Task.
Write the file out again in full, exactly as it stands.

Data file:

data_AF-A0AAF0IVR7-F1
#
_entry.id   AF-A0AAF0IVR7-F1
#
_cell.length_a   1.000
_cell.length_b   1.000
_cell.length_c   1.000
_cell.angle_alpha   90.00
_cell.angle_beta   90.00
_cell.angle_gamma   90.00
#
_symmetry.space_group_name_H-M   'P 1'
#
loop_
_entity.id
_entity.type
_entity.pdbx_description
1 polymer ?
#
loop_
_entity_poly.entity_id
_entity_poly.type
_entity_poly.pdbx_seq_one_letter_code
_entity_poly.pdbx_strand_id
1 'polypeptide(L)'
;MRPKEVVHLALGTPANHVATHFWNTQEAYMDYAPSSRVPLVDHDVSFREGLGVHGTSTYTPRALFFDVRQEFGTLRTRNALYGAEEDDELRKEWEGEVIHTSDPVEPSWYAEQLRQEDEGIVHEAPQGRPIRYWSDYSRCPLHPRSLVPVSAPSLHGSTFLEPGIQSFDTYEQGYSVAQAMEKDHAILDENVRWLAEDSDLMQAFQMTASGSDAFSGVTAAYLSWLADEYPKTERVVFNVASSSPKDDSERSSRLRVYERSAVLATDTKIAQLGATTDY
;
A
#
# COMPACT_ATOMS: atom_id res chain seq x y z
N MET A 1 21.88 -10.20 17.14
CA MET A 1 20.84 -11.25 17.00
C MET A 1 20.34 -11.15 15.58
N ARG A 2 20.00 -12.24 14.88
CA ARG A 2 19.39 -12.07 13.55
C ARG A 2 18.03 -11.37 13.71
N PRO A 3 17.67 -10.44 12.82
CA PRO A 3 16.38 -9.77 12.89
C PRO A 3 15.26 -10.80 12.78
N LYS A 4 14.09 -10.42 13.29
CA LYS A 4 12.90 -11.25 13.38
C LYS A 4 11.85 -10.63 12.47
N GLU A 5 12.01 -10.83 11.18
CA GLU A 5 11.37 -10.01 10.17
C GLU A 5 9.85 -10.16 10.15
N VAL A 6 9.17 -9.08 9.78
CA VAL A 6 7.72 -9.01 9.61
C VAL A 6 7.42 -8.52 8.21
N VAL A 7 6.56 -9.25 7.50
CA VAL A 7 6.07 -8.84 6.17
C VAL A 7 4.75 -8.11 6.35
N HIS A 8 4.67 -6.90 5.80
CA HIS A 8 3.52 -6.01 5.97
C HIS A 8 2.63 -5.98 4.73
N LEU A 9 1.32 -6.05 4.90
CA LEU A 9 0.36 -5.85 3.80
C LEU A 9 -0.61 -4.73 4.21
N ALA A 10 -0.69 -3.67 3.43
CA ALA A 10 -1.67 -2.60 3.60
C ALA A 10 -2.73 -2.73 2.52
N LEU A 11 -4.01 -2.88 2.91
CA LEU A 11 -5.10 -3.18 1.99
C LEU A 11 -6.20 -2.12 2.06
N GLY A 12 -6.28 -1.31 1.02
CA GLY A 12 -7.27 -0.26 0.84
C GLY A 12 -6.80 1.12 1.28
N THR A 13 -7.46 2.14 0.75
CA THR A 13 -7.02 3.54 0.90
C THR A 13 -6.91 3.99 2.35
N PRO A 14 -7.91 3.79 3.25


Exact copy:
data_AF-A0AAF0IVR7-F1
#
_entry.id   AF-A0AAF0IVR7-F1
#
_cell.length_a   1.000
_cell.length_b   1.000
_cell.length_c   1.000
_cell.angle_alpha   90.00
_cell.angle_beta   90.00
_cell.angle_gamma   90.00
#
_symmetry.space_group_name_H-M   'P 1'
#
loop_
_entity.id
_entity.type
_entity.pdbx_description
1 polymer ?
#
loop_
_entity_poly.entity_id
_entity_poly.type
_entity_poly.pdbx_seq_one_letter_code
_entity_poly.pdbx_strand_id
1 'polypeptide(L)'
;MRPKEVVHLALGTPANHVATHFWNTQEAYMDYAPSSRVPLVDHDVSFREGLGVHGTSTYTPRALFFDVRQEFGTLRTRNALYGAEEDDELRKEWEGEVIHTSDPVEPSWYAEQLRQEDEGIVHEAPQGRPIRYWSDYSRCPLHPRSLVPVSAPSLHGSTFLEPGIQSFDTYEQGYSVAQAMEKDHAILDENVRWLAEDSDLMQAFQMTASGSDAFSGVTAAYLSWLADEYPKTERVVFNVASSSPKDDSERSSRLRVYERSAVLATDTKIAQLGATTDY
;
A
#
# COMPACT_ATOMS: atom_id res chain seq x y z
N MET A 1 21.88 -10.20 17.14
CA MET A 1 20.84 -11.25 17.00
C MET A 1 20.34 -11.15 15.58
N ARG A 2 20.00 -12.24 14.88
CA ARG A 2 19.39 -12.07 13.55
C ARG A 2 18.03 -11.37 13.71
N PRO A 3 17.67 -10.44 12.82
CA PRO A 3 16.38 -9.77 12.89
C PRO A 3 15.26 -10.80 12.78
N LYS A 4 14.09 -10.42 13.29
CA LYS A 4 12.90 -11.25 13.38
C LYS A 4 11.85 -10.63 12.47
N GLU A 5 12.01 -10.83 11.18
CA GLU A 5 11.37 -10.01 10.17
C GLU A 5 9.85 -10.16 10.15
N VAL A 6 9.17 -9.08 9.78
CA VAL A 6 7.72 -9.01 9.61
C VAL A 6 7.42 -8.52 8.21
N VAL A 7 6.56 -9.25 7.50
CA VAL A 7 6.07 -8.84 6.17
C VAL A 7 4.75 -8.11 6.35
N HIS A 8 4.67 -6.90 5.80
CA HIS A 8 3.52 -6.01 5.97
C HIS A 8 2.63 -5.98 4.73
N LEU A 9 1.32 -6.05 4.90
CA LEU A 9 0.36 -5.85 3.80
C LEU A 9 -0.61 -4.73 4.21
N ALA A 10 -0.69 -3.67 3.43
CA ALA A 10 -1.67 -2.60 3.60
C ALA A 10 -2.73 -2.73 2.52
N LEU A 11 -4.01 -2.88 2.91
CA LEU A 11 -5.10 -3.18 1.99
C LEU A 11 -6.20 -2.12 2.06
N GLY A 12 -6.28 -1.31 1.02
CA GLY A 12 -7.27 -0.26 0.84
C GLY A 12 -6.80 1.12 1.28
N THR A 13 -7.46 2.14 0.75
CA THR A 13 -7.02 3.54 0.90
C THR A 13 -6.91 3.99 2.35
N PRO A 14 -7.91 3.79 3.25